By the time Jason Stout was 14, he’d lost a sister, a grandmother, and his dad. The deaths were devastating, but, like most teens, he didn’t know how to mourn his losses, and his grief stayed buried, affecting his confidence and motivation. Until 2001. That year, as a 30-year-old admissions advisor for Outward Bound (OB) in Colorado, he was required to complete a weeklong wilderness trip. He liked it so much, he quit his job and registered for a second OB course: a 78-day multisport trek in the Pacific Crest wilderness. As he conquered challenges on the semester-long expedition, he learned to be “comfortable with being uncomfortable” and his confidence grew. “When I got back I was on fire,” he says. “The course took me to a place of strength.”
Stout returned to work as an OB admissions advisor. As he matched individuals with expeditions, he came across dozens of teenage applicants who had experienced the loss of a loved one. “It hit me,” he says. “Why don’t I bring them together?” Experts often recommend peer support groups for grieving teens, so perhaps mixing in the often-transformative challenges of an OB course—plus extras like journaling and grief-focused rituals—could cultivate heathy habits and create an exceptionally powerful healing experience.
OB approved his idea, but it took Stout until 2006 to raise the funds to launch the first Heroic Journey, a reduced-tuition, seven-day program designed to bring bereaved teens together to help them process and express their grief. Since then, close to 550 teens have participated, including 16-year-old Tylyn Strecker, who signed up for the course after contemplating suicide following her best friend’s murder. The morning her group summitted a 13,000-foot Colorado peak, she had an epiphany. “I felt something rush through my bones,” she says. “Through a time when I felt weak, I was able to persevere, and that feeling has stuck with me every day since.” Four years later, Strecker is working on a degree in therapeutic recreation.
Since then, Heroic Journey has expanded to include treks in Oregon, Maine, Minnesota, Pennsylvania, and—new for 2013—North Carolina. This summer, Stout also plans to launch a special program for teens who have experienced the military-related death of a loved one. Next up: grief-therapy expeditions for adults. “We did a test program for two groups of 19- to 24-year-olds,” Stout says. “It was phenomenal.” Stout also travels nationwide to facilitate grief-counseling trainings for OB instructors, social workers, nurses, and wilderness educators. “I’m grateful I’ve had the opportunity to make meaning from my losses,” he says, “and help ease the suffering of others.”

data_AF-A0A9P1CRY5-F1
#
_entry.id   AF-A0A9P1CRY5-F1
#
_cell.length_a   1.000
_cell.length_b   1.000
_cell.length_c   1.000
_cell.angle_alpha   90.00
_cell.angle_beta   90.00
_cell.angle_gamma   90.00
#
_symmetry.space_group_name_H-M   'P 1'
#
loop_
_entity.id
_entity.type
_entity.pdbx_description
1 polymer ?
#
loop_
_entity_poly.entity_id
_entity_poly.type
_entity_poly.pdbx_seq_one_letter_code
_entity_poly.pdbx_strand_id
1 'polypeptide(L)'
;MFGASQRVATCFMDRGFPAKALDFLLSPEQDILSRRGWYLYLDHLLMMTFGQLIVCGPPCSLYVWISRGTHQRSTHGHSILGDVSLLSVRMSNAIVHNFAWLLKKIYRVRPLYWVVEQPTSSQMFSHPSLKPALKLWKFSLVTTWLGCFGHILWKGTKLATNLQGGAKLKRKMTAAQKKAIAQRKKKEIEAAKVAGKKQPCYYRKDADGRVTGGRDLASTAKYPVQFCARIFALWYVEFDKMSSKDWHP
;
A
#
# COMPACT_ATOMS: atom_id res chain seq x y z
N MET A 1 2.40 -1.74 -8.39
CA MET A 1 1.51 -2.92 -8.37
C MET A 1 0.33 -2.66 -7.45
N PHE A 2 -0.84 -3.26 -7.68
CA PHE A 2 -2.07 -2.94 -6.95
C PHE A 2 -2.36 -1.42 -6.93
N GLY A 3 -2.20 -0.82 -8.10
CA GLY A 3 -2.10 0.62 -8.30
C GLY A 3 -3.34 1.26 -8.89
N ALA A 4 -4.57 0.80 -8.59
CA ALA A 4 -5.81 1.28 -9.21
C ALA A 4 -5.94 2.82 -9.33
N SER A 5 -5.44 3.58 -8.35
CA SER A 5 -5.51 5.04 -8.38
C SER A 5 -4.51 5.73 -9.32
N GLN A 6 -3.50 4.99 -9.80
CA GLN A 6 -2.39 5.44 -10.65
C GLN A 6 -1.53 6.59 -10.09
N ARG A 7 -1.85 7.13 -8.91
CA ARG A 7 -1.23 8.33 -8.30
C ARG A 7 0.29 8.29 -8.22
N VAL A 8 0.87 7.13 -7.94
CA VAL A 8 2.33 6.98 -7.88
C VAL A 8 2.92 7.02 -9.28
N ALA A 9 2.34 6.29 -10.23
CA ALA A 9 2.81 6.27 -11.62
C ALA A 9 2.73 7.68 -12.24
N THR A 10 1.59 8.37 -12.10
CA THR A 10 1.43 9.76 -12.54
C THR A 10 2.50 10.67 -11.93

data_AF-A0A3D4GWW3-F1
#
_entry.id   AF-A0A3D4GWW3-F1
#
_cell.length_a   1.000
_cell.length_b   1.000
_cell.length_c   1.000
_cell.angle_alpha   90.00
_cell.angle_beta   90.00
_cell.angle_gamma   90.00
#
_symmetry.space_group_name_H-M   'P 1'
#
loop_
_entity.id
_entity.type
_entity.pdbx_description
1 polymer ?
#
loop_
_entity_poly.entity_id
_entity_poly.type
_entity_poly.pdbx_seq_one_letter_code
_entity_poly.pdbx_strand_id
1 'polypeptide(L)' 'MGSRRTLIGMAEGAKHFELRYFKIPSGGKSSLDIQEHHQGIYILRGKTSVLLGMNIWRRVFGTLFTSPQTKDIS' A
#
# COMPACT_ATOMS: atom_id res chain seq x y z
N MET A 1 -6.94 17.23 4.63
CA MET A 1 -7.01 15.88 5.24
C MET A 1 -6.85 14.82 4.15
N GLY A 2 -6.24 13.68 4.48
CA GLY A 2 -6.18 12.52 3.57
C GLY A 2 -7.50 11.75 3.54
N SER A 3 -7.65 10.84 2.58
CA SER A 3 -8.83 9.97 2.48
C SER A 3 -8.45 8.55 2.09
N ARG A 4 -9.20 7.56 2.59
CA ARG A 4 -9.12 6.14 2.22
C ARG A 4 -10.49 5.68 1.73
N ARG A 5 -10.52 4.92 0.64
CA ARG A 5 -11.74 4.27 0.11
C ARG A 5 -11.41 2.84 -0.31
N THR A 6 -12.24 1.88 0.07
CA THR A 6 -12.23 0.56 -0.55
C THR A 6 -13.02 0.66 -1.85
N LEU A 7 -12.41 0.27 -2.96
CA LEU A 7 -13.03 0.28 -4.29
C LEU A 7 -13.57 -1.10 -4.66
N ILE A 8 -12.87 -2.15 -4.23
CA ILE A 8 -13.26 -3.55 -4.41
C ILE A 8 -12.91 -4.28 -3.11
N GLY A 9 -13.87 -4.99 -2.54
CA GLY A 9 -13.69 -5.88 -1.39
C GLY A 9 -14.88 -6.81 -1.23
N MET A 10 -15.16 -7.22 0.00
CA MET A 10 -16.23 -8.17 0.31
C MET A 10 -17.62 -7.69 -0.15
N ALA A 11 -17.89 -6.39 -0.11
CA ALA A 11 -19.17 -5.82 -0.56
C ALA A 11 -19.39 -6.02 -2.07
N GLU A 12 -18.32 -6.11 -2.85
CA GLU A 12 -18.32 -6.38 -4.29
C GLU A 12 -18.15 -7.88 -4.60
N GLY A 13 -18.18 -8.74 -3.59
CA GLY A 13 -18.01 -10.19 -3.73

Take it from me...
» Leave your comfort zone. In order to grow, set goals that are outside of your norm—physically, emotionally, and mentally. Backpack longer distances. Learn to rock climb. Talk to someone about your grief. If you face more challenges on an expedition, you’ll benefit more: Conquering them will expand your confidence.
» Once you commit to a journey, don’t back out. You will regret not doing it more than you will regret any of the physical hardships.
» Use an emblem to motivate you. If you’re hiking a peak for someone else, tape his or her name to your helmet, poles, and boots. Wear a bracelet that represents a character trait that you want to cultivate, such as “forgiveness.”
» Keep a journal. On backpacking expeditions, create a ritual of reflecting. Try a writing exercise called “Dream, Dragons, and Decisions”: Write down four goals or desires, four obstacles to accomplishing those dreams, and four ways to overcome those obstacles.
» If a friend’s grieving, be patient. Grief is a lifelong journey. It’s important to be a good listener, on and off the trail, and to respect others’ experience levels, whether it’s with grief or bagging peaks.
» To learn more visit bit.ly/heroicjourney.